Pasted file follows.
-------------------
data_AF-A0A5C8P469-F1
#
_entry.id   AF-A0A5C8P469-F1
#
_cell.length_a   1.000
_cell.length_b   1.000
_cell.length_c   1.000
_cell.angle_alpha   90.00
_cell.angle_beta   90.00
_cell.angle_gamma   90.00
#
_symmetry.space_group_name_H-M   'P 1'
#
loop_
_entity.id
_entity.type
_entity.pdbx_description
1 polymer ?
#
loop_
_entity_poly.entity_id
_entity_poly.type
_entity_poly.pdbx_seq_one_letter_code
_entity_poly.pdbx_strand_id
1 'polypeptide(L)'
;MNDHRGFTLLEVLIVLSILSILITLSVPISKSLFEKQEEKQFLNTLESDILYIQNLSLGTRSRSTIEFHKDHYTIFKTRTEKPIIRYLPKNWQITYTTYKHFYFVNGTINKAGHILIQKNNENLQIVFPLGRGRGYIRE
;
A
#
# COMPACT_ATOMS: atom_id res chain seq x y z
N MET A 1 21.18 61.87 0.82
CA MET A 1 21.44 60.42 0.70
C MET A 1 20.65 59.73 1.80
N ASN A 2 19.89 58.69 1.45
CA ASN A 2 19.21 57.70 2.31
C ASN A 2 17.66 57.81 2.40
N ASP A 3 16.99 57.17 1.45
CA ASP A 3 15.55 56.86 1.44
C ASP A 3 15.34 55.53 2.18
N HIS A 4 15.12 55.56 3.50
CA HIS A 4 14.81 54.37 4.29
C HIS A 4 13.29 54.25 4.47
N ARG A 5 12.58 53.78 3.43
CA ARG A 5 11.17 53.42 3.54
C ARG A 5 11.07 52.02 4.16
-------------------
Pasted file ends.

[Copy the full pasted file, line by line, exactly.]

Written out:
data_AF-A0A5C8P469-F1
#
_entry.id   AF-A0A5C8P469-F1
#
_cell.length_a   1.000
_cell.length_b   1.000
_cell.length_c   1.000
_cell.angle_alpha   90.00
_cell.angle_beta   90.00
_cell.angle_gamma   90.00
#
_symmetry.space_group_name_H-M   'P 1'
#
loop_
_entity.id
_entity.type
_entity.pdbx_description
1 polymer ?
#
loop_
_entity_poly.entity_id
_entity_poly.type
_entity_poly.pdbx_seq_one_letter_code
_entity_poly.pdbx_strand_id
1 'polypeptide(L)'
;MNDHRGFTLLEVLIVLSILSILITLSVPISKSLFEKQEEKQFLNTLESDILYIQNLSLGTRSRSTIEFHKDHYTIFKTRTEKPIIRYLPKNWQITYTTYKHFYFVNGTINKAGHILIQKNNENLQIVFPLGRGRGYIRE
;
A
#
# COMPACT_ATOMS: atom_id res chain seq x y z
N MET A 1 21.18 61.87 0.82
CA MET A 1 21.44 60.42 0.70
C MET A 1 20.65 59.73 1.80
N ASN A 2 19.89 58.69 1.45
CA ASN A 2 19.21 57.70 2.31
C ASN A 2 17.66 57.81 2.40
N ASP A 3 16.99 57.17 1.45
CA ASP A 3 15.55 56.86 1.44
C ASP A 3 15.34 55.53 2.18
N HIS A 4 15.12 55.56 3.50
CA HIS A 4 14.81 54.37 4.29
C HIS A 4 13.29 54.25 4.47
N ARG A 5 12.58 53.78 3.43
CA ARG A 5 11.17 53.42 3.54
C ARG A 5 11.07 52.02 4.16